Over the years, there have been countless movies that I’ve caught clips of here and there while randomly flipping through the channels of my TV. I’d stop for a few minutes at a time if something happened to catch my eye, but quickly move on to something else. One of those films, that I can now say I’ve seen in its entirety, is Luis Llosa’s Anaconda.
A film crew sets out on an Amazon river to make a documentary on the local tribes of the area. When they pick up a stranger who is stuck on his broken down boat during a storm, their goals quickly change. Instead of making a movie, they must now try to survive, not only the crazed hunter they’ve mistakenly rescued, but also one of the world’s deadliest predators, a gigantic anaconda.
I must admit, I love watching movies about animals run amok. There are of course the more classic entries in the sub-genre, including the likes of Jaws. After that killer shark classic, however, the most well-known is perhaps Anaconda.
Featuring a pretty star-studded cast for its 1997 release, Anaconda does not disappoint when it comes to acting talent. Jennifer Lopez (Enough), Ice Cube (Ghosts of Mars), Owen Wilson (No Escape), and Kari Wuhrer (Eight Legged Freaks), among others, were all very good at their respective roles, but I must say I was most blown away by Jon Voight (Deliverance).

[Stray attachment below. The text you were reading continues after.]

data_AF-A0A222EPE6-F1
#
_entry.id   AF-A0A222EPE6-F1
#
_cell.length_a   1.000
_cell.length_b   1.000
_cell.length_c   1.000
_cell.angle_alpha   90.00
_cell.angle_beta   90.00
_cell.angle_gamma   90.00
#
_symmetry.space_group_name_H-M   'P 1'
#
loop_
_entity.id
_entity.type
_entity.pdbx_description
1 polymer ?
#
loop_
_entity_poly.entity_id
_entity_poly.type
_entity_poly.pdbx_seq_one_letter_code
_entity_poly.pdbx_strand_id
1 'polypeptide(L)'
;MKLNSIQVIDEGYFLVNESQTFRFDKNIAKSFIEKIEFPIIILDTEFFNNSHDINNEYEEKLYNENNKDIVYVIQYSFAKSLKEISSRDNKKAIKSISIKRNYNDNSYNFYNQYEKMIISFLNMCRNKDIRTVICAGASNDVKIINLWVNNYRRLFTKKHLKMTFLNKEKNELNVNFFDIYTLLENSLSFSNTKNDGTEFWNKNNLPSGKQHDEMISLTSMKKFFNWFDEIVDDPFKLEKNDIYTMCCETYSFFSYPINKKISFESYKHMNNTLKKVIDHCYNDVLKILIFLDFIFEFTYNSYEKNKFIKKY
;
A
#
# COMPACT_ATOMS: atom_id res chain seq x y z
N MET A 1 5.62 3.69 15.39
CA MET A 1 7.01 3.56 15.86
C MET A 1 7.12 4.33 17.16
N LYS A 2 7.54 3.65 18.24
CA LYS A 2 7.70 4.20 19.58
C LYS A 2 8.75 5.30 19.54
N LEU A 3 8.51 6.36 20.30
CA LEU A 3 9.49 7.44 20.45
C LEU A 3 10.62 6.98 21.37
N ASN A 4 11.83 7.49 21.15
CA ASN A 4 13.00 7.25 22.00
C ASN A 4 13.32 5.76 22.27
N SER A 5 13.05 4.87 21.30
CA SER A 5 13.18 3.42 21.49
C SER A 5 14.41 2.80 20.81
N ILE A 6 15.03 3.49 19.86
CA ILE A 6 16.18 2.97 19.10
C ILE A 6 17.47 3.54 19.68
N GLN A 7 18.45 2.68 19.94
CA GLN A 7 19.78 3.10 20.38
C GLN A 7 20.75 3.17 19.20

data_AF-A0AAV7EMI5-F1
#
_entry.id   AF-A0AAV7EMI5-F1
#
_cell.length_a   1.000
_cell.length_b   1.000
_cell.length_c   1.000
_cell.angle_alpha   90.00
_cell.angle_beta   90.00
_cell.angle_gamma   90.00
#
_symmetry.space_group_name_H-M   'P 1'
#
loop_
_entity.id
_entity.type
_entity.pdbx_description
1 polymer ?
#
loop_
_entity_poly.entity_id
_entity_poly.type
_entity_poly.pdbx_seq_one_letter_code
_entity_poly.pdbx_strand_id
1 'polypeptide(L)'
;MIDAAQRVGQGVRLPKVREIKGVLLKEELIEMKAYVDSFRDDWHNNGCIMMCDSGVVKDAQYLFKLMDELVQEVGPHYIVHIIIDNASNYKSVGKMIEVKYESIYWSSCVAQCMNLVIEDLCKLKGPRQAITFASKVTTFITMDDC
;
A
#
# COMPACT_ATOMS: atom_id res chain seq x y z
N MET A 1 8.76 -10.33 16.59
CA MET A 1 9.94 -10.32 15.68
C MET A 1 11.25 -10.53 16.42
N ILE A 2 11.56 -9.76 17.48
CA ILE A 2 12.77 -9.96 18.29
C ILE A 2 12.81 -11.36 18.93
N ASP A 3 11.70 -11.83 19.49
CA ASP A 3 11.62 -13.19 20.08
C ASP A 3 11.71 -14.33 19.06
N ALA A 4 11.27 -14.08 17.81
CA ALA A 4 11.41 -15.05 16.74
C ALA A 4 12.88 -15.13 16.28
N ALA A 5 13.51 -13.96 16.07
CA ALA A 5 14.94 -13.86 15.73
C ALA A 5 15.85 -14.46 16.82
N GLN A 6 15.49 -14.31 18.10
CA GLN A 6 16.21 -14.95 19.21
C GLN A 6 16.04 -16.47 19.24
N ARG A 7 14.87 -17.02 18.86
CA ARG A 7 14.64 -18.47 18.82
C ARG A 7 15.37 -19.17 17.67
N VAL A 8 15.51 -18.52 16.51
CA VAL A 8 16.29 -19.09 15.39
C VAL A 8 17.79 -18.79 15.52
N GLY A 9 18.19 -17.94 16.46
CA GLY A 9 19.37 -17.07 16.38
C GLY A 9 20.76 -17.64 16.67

As the villainous trophy hunter, Paul Serone, the veteran actor was both charming and downright scary. With his makeshift Paraguayan accent, Voight made for the perfect distraction from the real danger of the film — the insanely large snake.
Created with a 50/50 mix of both practical and CG effects, the titular rampant reptile looks rather impressive for the film’s entire 89 minute runtime. The monster’s large head, piercing eyes, and even its high-pitched shrieking were more than enough to convey the danger the entire cast of characters were in for their deadly stay in the Amazon jungle.
Llosa’s Anaconda is a fun movie that would pair perfectly in a double feature night with Steve Miner’s Lake Placid.
The film features a talented cast, a competent script fully equipped with subplots and characterization, and a pretty awesome set of kills for its various victims. The cinematography is also very impressive and even includes a surprisingly pleasing shot from inside of the giant beast’s gullet.
Mill Creek Entertainment will be re-releasing the film in a newly packaged DVD and Blu-ray combo on Tuesday, May 14, so now is the perfect time to pick this film up. Unfortunately, this home release is a barebones one with no bonus features to speak of. Even still, it is a great film to have in your collection and I highly recommend it.
I give Anaconda a final repulsive rating of 4 winking dead men out of 5.